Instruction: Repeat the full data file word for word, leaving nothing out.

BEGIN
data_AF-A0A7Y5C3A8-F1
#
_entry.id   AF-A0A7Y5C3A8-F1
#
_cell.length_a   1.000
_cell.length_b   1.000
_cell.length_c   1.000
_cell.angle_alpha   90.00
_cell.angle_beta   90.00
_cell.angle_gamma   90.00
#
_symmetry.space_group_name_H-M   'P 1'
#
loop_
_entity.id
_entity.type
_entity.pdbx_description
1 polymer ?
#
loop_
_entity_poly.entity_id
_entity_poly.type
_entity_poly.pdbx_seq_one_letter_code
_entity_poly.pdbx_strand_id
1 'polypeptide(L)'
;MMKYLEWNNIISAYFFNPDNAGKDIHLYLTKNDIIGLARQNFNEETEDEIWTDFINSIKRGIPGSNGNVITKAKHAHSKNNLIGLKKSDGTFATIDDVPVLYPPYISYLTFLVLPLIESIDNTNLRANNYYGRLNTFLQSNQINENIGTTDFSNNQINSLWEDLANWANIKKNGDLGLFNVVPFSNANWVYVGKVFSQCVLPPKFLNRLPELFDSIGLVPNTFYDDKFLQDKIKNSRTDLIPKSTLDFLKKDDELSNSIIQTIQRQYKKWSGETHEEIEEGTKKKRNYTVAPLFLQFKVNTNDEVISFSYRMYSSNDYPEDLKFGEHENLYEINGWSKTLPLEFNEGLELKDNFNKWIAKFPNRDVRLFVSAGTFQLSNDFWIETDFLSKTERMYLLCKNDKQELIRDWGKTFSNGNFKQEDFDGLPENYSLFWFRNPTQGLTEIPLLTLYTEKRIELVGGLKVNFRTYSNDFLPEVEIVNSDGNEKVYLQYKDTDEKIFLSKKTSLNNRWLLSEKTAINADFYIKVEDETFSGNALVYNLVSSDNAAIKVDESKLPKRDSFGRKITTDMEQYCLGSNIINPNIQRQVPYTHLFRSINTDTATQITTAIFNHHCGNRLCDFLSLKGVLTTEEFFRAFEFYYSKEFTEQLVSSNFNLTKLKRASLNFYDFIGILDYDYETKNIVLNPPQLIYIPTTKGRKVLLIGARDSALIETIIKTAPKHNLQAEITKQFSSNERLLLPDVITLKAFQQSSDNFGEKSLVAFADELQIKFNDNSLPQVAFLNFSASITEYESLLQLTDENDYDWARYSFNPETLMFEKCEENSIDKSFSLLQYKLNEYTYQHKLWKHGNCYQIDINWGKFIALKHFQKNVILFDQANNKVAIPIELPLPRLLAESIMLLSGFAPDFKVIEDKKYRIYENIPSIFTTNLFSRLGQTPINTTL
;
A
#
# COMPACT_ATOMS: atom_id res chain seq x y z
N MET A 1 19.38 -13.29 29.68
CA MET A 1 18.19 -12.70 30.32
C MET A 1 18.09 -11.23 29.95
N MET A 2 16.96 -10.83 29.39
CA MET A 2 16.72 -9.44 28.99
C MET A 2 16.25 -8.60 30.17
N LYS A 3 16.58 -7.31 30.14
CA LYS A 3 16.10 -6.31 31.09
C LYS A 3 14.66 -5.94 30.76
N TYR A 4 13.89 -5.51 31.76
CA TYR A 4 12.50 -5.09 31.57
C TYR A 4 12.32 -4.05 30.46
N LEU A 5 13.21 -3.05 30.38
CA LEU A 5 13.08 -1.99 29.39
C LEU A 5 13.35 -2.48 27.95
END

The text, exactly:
data_AF-A0A7Y5C3A8-F1
#
_entry.id   AF-A0A7Y5C3A8-F1
#
_cell.length_a   1.000
_cell.length_b   1.000
_cell.length_c   1.000
_cell.angle_alpha   90.00
_cell.angle_beta   90.00
_cell.angle_gamma   90.00
#
_symmetry.space_group_name_H-M   'P 1'
#
loop_
_entity.id
_entity.type
_entity.pdbx_description
1 polymer ?
#
loop_
_entity_poly.entity_id
_entity_poly.type
_entity_poly.pdbx_seq_one_letter_code
_entity_poly.pdbx_strand_id
1 'polypeptide(L)'
;MMKYLEWNNIISAYFFNPDNAGKDIHLYLTKNDIIGLARQNFNEETEDEIWTDFINSIKRGIPGSNGNVITKAKHAHSKNNLIGLKKSDGTFATIDDVPVLYPPYISYLTFLVLPLIESIDNTNLRANNYYGRLNTFLQSNQINENIGTTDFSNNQINSLWEDLANWANIKKNGDLGLFNVVPFSNANWVYVGKVFSQCVLPPKFLNRLPELFDSIGLVPNTFYDDKFLQDKIKNSRTDLIPKSTLDFLKKDDELSNSIIQTIQRQYKKWSGETHEEIEEGTKKKRNYTVAPLFLQFKVNTNDEVISFSYRMYSSNDYPEDLKFGEHENLYEINGWSKTLPLEFNEGLELKDNFNKWIAKFPNRDVRLFVSAGTFQLSNDFWIETDFLSKTERMYLLCKNDKQELIRDWGKTFSNGNFKQEDFDGLPENYSLFWFRNPTQGLTEIPLLTLYTEKRIELVGGLKVNFRTYSNDFLPEVEIVNSDGNEKVYLQYKDTDEKIFLSKKTSLNNRWLLSEKTAINADFYIKVEDETFSGNALVYNLVSSDNAAIKVDESKLPKRDSFGRKITTDMEQYCLGSNIINPNIQRQVPYTHLFRSINTDTATQITTAIFNHHCGNRLCDFLSLKGVLTTEEFFRAFEFYYSKEFTEQLVSSNFNLTKLKRASLNFYDFIGILDYDYETKNIVLNPPQLIYIPTTKGRKVLLIGARDSALIETIIKTAPKHNLQAEITKQFSSNERLLLPDVITLKAFQQSSDNFGEKSLVAFADELQIKFNDNSLPQVAFLNFSASITEYESLLQLTDENDYDWARYSFNPETLMFEKCEENSIDKSFSLLQYKLNEYTYQHKLWKHGNCYQIDINWGKFIALKHFQKNVILFDQANNKVAIPIELPLPRLLAESIMLLSGFAPDFKVIEDKKYRIYENIPSIFTTNLFSRLGQTPINTTL
;
A
#
# COMPACT_ATOMS: atom_id res chain seq x y z
N MET A 1 19.38 -13.29 29.68
CA MET A 1 18.19 -12.70 30.32
C MET A 1 18.09 -11.23 29.95
N MET A 2 16.96 -10.83 29.39
CA MET A 2 16.72 -9.44 28.99
C MET A 2 16.25 -8.60 30.17
N LYS A 3 16.58 -7.31 30.14
CA LYS A 3 16.10 -6.31 31.09
C LYS A 3 14.66 -5.94 30.76
N TYR A 4 13.89 -5.51 31.76
CA TYR A 4 12.50 -5.09 31.57
C TYR A 4 12.32 -4.05 30.46
N LEU A 5 13.21 -3.05 30.38
CA LEU A 5 13.08 -1.99 29.39
C LEU A 5 13.35 -2.48 27.95